1491259093026 - Review: Samsung’s mid-range phones

Review: Samsung’s mid-range phones

Mid-range smartphones get left in the shadow of premium devices, but they’re worth a closer look.

This was shown last week with the announcement of Samsung’s flagship phone, the Galaxy S8. It’s release featured heavily on most media sites. Compare this to the company’s mid-priced A range which barely got a mention when announced. However, if you are looking for a more affordable device then they’re worth considering. The range includes the A3 (4.7-inch, $499), A5 (5.2-inch, $599) and A7 (5.7-inch, $749).  These in-betweeners may lack the curved screens and digital assistants that other devices have but they offer enough features to meet your smartphone needs.DESIGN AND PERFORMANCE The phones are well built and feel nice in the hand and even though the back is made of plastic, it’s barely noticeable. They come in black or gold. The A7 I tested looked similar to a Galaxy S7 and they’re good-looking enough to impress friends, if you’re into that sort of thing The big difference between these devices and premium phones are the little things.

For example, the home button is physical so you feel it move, as opposed to more expensive devices that use tech to mimic the feeling.

Also, the A7 I tested was a big thicker than more expensive devices. The plus side was that it didn’t feel as fragile and the plastic back means you could get away without a case. Another advantage is that the camera lens doesn’t protrude from the back like it does on some high-end phones.

The A range run Android 6.0 instead of the least version that features on the S8. However, most people won’t notice the difference. The processors are also less powerful but I found apps loaded fast and there was no noticeable lag. However, if you play graphics-heavy games you may find they struggle a little.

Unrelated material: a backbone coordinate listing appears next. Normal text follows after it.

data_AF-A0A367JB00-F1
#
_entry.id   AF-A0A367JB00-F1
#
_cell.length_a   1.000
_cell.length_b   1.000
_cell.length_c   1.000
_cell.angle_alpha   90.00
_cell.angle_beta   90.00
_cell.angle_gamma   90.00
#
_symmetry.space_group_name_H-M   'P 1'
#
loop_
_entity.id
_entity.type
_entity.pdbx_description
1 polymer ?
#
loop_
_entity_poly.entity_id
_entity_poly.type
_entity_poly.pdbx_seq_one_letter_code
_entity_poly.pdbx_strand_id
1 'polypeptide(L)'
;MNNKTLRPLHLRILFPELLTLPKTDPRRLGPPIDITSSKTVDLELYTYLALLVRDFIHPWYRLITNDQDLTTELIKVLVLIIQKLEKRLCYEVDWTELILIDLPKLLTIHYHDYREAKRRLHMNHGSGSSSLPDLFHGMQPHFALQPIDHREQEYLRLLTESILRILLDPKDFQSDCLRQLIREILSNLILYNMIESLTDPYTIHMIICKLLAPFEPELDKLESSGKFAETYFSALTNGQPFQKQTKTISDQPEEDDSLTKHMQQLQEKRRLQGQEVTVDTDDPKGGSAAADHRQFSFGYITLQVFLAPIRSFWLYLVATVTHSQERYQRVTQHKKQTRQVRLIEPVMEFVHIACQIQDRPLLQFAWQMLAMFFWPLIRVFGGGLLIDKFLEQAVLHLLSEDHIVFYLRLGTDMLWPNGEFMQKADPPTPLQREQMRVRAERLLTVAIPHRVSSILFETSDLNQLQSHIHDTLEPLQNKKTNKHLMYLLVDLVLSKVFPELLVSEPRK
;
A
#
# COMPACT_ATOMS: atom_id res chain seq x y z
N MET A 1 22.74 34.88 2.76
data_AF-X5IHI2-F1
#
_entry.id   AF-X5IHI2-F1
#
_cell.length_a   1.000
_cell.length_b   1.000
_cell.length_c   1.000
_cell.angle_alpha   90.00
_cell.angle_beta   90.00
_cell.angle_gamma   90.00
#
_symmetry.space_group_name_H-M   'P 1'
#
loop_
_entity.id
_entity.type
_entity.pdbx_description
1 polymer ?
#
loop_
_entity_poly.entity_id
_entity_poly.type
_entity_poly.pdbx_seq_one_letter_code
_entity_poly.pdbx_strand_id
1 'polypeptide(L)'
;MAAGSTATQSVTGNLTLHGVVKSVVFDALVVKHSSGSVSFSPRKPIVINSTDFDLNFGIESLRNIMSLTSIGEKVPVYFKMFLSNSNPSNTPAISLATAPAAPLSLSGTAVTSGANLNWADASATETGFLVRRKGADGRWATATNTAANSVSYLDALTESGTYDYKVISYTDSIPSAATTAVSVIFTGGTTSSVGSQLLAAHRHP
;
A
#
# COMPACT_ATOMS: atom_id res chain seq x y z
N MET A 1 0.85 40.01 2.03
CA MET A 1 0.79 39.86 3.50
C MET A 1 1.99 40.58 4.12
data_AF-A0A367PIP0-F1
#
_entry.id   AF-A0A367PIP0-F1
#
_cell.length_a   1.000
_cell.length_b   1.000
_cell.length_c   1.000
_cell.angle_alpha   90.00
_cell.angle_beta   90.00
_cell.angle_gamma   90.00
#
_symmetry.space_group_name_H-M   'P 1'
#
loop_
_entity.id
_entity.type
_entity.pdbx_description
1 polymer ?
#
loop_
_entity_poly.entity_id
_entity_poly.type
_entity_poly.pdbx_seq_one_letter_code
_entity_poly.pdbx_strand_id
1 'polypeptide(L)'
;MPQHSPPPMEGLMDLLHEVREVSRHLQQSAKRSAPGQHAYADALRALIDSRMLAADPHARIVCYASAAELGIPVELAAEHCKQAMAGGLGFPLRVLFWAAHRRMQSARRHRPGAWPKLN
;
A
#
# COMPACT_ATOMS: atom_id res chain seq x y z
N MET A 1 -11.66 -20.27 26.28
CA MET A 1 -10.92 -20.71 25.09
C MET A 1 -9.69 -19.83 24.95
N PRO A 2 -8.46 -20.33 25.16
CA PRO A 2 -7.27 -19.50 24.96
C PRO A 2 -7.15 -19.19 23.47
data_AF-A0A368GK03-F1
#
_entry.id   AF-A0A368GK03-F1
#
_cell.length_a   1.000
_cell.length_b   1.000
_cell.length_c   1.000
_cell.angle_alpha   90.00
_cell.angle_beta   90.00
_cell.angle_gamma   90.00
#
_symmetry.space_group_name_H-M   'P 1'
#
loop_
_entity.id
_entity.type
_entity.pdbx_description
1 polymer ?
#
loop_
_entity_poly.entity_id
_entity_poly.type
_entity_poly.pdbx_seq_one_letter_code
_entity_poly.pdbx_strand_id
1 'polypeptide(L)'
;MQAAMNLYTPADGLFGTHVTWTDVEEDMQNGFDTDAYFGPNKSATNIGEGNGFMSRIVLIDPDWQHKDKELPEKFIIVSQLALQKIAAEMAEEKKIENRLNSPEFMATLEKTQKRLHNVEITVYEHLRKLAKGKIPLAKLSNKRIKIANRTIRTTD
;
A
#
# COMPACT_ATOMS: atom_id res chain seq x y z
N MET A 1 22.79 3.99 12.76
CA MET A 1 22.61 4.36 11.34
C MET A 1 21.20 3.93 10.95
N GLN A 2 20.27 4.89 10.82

The cameras feature great specifications and have a nice, simple interface. However, it was not quite as quick to snap a photo as a high-end smartphone. It’s nothing that will greatly affect your photography, and its to be expected from a phone at this price.

Aside from the price and screen size, there are only a few differences between the A3, A5 and A7.

First, the bigger the phone, the bigger the battery. I wasn’t able to test if this made a difference as the larger screen may negate any extra battery power.

The A5 and A7 have the same cameras (16MP front and back) while the A5 has a 13MP rear camera and an 8MP front camera.

Despite the cheaper prices, the phones do have some high-end features such as being waterproof, having a fingerprint reader and an “always on” display which shows the time and date without waking up the phone. 

They also have the latest USB-C port to connect the charging cable instead of the older style USB connection.

The phones have 32GB of storage which should be enough for most people. If not, you can buy a MicroSD card to add more.


The Samsung A range has everything you need from a phone, good design, a great screen, a good camera and enough processing power to make it a pleasure to use.

However, the best feature is the price. For example, the A7 is a lot cheaper than similar sized high-end Samsung phones, with the Galaxy S7 costing $999 and the S8 costing $1299. The smaller A phones are even more affordable.

When buying a phone, it’s always tempting to get the latest model. But really you should get one that suits your needs. The A-range phones will satisfy everyone, except maybe power users or those that always crave the latest tech.